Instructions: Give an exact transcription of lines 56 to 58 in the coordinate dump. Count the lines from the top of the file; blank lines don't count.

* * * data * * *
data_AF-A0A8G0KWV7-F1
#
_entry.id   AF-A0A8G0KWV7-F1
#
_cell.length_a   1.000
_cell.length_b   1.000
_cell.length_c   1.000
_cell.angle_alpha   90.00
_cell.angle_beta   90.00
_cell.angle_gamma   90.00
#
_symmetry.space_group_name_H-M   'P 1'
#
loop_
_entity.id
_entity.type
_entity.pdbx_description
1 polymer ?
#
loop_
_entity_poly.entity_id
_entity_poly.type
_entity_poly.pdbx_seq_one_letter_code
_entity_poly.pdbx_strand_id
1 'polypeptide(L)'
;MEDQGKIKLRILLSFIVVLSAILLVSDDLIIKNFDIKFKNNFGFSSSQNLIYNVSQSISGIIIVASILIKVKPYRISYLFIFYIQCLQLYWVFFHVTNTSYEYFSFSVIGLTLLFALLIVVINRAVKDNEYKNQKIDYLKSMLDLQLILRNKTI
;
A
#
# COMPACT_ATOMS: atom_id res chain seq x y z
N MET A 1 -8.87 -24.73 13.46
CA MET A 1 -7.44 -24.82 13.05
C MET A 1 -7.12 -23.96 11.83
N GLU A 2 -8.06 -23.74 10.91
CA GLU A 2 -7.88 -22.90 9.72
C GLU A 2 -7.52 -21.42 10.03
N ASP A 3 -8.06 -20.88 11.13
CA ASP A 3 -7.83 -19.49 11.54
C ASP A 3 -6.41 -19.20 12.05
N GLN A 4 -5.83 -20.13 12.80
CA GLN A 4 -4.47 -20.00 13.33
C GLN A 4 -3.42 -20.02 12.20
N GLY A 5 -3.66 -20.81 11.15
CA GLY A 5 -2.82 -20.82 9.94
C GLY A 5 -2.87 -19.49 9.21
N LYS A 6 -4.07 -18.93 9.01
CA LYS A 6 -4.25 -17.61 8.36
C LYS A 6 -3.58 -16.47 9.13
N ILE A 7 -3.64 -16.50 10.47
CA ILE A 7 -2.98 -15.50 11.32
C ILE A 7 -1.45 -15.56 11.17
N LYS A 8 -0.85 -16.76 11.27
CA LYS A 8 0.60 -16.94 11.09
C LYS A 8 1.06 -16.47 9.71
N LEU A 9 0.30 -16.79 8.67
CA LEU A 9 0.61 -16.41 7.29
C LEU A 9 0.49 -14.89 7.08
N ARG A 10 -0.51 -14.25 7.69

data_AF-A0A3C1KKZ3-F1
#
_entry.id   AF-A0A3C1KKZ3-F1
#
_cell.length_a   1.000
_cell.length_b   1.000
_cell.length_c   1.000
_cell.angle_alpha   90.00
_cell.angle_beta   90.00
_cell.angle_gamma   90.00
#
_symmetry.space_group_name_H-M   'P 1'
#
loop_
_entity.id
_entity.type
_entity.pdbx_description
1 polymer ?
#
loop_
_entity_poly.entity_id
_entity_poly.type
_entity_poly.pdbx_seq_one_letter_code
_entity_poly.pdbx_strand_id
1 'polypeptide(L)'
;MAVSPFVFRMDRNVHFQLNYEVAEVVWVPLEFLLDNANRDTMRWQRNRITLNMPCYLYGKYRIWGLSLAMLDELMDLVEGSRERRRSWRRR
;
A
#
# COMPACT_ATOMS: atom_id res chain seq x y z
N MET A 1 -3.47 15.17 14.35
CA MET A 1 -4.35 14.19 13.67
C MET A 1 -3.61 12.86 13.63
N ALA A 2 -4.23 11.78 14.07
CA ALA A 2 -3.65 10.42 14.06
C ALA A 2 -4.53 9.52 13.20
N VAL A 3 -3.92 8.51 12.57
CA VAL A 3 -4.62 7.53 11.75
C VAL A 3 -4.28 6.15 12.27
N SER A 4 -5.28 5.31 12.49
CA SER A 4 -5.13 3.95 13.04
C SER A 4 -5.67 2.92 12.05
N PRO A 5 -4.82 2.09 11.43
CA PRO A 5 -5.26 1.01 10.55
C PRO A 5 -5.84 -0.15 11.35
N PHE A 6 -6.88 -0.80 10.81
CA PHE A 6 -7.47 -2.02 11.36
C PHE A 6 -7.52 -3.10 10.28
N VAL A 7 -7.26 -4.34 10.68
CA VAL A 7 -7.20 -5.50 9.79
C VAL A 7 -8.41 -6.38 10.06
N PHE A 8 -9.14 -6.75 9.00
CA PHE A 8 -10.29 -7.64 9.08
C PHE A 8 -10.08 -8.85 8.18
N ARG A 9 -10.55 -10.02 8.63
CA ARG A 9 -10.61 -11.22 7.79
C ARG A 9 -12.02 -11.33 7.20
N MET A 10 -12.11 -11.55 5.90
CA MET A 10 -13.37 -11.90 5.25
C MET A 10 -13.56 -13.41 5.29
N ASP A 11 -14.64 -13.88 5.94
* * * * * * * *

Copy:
CA LEU A 9 0.61 -16.41 7.29
C LEU A 9 0.49 -14.89 7.08
N ARG A 10 -0.51 -14.25 7.69